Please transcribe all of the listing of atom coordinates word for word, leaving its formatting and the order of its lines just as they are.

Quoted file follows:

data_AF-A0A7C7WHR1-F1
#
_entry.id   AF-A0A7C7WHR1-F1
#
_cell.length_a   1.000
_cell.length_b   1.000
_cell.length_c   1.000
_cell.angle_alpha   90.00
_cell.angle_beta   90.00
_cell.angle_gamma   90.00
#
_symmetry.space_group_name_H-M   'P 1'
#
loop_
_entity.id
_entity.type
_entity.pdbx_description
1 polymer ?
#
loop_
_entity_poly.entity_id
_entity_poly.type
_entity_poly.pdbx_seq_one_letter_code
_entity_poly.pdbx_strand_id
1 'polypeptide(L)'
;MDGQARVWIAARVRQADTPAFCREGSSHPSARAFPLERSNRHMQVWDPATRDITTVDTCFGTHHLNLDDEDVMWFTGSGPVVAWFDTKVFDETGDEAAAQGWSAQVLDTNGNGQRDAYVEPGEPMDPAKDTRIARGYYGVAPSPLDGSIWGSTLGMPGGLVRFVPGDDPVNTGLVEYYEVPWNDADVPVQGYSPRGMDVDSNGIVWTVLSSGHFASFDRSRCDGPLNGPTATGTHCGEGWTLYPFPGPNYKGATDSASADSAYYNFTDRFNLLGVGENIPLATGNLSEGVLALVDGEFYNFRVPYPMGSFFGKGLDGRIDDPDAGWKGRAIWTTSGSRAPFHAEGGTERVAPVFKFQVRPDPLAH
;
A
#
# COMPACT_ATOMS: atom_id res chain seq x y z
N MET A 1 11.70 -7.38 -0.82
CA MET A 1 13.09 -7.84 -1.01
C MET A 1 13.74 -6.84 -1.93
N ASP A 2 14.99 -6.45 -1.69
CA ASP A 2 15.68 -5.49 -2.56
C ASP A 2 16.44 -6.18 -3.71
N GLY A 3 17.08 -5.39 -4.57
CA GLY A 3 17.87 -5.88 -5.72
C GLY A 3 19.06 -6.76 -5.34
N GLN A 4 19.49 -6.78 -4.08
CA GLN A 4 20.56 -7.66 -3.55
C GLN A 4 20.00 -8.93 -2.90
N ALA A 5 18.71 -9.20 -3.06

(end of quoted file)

data_AF-A0A7C7WHR1-F1
#
_entry.id   AF-A0A7C7WHR1-F1
#
_cell.length_a   1.000
_cell.length_b   1.000
_cell.length_c   1.000
_cell.angle_alpha   90.00
_cell.angle_beta   90.00
_cell.angle_gamma   90.00
#
_symmetry.space_group_name_H-M   'P 1'
#
loop_
_entity.id
_entity.type
_entity.pdbx_description
1 polymer ?
#
loop_
_entity_poly.entity_id
_entity_poly.type
_entity_poly.pdbx_seq_one_letter_code
_entity_poly.pdbx_strand_id
1 'polypeptide(L)'
;MDGQARVWIAARVRQADTPAFCREGSSHPSARAFPLERSNRHMQVWDPATRDITTVDTCFGTHHLNLDDEDVMWFTGSGPVVAWFDTKVFDETGDEAAAQGWSAQVLDTNGNGQRDAYVEPGEPMDPAKDTRIARGYYGVAPSPLDGSIWGSTLGMPGGLVRFVPGDDPVNTGLVEYYEVPWNDADVPVQGYSPRGMDVDSNGIVWTVLSSGHFASFDRSRCDGPLNGPTATGTHCGEGWTLYPFPGPNYKGATDSASADSAYYNFTDRFNLLGVGENIPLATGNLSEGVLALVDGEFYNFRVPYPMGSFFGKGLDGRIDDPDAGWKGRAIWTTSGSRAPFHAEGGTERVAPVFKFQVRPDPLAH
;
A
#
# COMPACT_ATOMS: atom_id res chain seq x y z
N MET A 1 11.70 -7.38 -0.82
CA MET A 1 13.09 -7.84 -1.01
C MET A 1 13.74 -6.84 -1.93
N ASP A 2 14.99 -6.45 -1.69
CA ASP A 2 15.68 -5.49 -2.56
C ASP A 2 16.44 -6.18 -3.71
N GLY A 3 17.08 -5.39 -4.57
CA GLY A 3 17.87 -5.88 -5.72
C GLY A 3 19.06 -6.76 -5.34
N GLN A 4 19.49 -6.78 -4.08
CA GLN A 4 20.56 -7.66 -3.55
C GLN A 4 20.00 -8.93 -2.90
N ALA A 5 18.71 -9.20 -3.06